After handing off the medallion to Duane Daines

Rick Hansen brings inspriational momentum to Red Deer

Twenty-five years after Rick Hansen set out on his Man in Motion World Tour, his efforts to promote an accessible world still inspire Canadians.

Twenty-five years after Rick Hansen set out on his Man in Motion World Tour, his efforts to promote an accessible world still inspire Canadians.

Hansen suffered a spinal cord injury at the age of 15. Twenty-five years ago, he launched his world tour to raise awareness and funds for those with similar conditions.

For two years, two months and two days, Hansen, wheeled more than 40,000 km, raising $26 million for spinal cord injury research.

Now the Rick Hansen Relay is rolling through Central Alberta to commemorate the original tour.

Twenty-two medal bearers are representing Red Deer in the relay, which arrived in the city on Friday and continues today.

The relay will span 12,000 km coast-to-coast and engage approximately 7,000 medal bearers. The 273-day relay started on Aug. 24 in Cape Spear, N.L., and wraps up in Vancouver on May 22.

The arrival of the relay has given Central Albertans with disabilities a chance to reflect on how life can change, but that great things can still be accomplished.

Marlin Styner, who chaired the Premiers Council on the Status of Persons with Disabilities until recently, worked with the disability community since 1981. He originally planned on being a medal bearer in the last leg of the relay coming through Red Deer.

“This is so important to Marlin, this Rick Hansen Foundation,” Styner’s wife Diane Gramlich said on Thursday.

Styner, who was disabled in a motor vehicle accident more than 25 years ago, has been in hospital dealing with serious health concerns but Gramlich relayed a message on his behalf.

“A person with a disability is just that, a person. We have the same hopes dreams, fears, drives and desires as the next person — we just have to figure out a way to get there,” she said.

Duane Daines was the final medal bearer when the tour went through Innisfail on Thursday. He said his life changed after a rodeo accident in 1995 that paralyzed him from the waist down.

But the Canadian Pro Rodeo Hall of famer wasn’t slowed down and became an advocate for people with disabilities.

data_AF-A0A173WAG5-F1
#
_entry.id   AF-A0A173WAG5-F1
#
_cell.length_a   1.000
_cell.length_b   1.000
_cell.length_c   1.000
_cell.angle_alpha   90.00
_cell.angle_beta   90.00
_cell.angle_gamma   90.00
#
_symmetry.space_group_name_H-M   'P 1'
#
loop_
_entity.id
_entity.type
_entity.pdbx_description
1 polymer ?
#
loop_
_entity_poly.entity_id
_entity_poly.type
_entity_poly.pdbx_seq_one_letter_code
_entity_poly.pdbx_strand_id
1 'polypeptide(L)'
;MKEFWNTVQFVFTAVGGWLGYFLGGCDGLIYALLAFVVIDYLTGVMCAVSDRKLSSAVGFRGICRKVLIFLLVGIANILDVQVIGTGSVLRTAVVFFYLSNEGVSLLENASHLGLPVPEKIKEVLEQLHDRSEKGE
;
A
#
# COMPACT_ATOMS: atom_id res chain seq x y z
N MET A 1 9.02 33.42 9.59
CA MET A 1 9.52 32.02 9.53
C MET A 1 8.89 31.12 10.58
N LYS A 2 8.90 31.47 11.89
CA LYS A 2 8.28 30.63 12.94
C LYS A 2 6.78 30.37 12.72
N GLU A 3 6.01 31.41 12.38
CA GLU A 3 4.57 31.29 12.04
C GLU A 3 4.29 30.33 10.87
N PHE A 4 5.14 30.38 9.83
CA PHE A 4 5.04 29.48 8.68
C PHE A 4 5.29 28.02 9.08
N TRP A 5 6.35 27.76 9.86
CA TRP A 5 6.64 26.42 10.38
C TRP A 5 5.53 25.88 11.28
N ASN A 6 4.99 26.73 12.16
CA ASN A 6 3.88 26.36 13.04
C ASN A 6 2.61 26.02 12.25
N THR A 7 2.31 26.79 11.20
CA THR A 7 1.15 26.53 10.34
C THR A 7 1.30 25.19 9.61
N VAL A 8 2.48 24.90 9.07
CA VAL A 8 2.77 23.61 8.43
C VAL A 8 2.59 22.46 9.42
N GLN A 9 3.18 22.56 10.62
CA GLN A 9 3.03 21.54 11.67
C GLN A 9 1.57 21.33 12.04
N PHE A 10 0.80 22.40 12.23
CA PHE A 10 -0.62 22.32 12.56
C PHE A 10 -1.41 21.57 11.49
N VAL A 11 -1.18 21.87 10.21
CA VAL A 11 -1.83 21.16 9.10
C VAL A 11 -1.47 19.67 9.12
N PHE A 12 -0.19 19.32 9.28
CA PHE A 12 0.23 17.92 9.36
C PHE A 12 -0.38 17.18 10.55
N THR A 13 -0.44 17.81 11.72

“When I was injured with a spinal cord injury, I was in Vancouver and Rick (Hansen) came and saw me and we stayed in touch so this all really does hit home,” Daines said.

“I try to represent that even though I had a spinal cord injury, life goes on. In Rick Hansen’s words, you still are the same person, it doesn’t matter what disability you have.”

Creating greater awareness of disabilities is exactly what the Rick Hansen Foundation has done, said Aaron Tarnowski, community development co-ordinator with the Canadian Paraplegic Association.

Over the years, Tarnowski said he has seen public awareness and accessibility improve in Red Deer.

“I think it is a wonderful opportunity for people to get out and see exactly how we can raise awareness for people with disabilities,” Tarnowski said.

“Rick Hansen has done tremendous things for Canadians over the last 25 years and it is a great way for people to show appreciation.

“Even though a person has a disability it may make them physically different but as a person they are no different than anyone else.”

Many people lined the relay route on Friday from the G.H. Dawe Community Centre to Red Deer College and cheered Red Deer’s medal bearers.

The relay leaves Red Deer today for Blackfalds and Lacombe. On Sunday, it travels from Lacombe to Ponoka. On Monday, the route takes medal bearers from Ponoka to Hobbema and Wetaskiwin.

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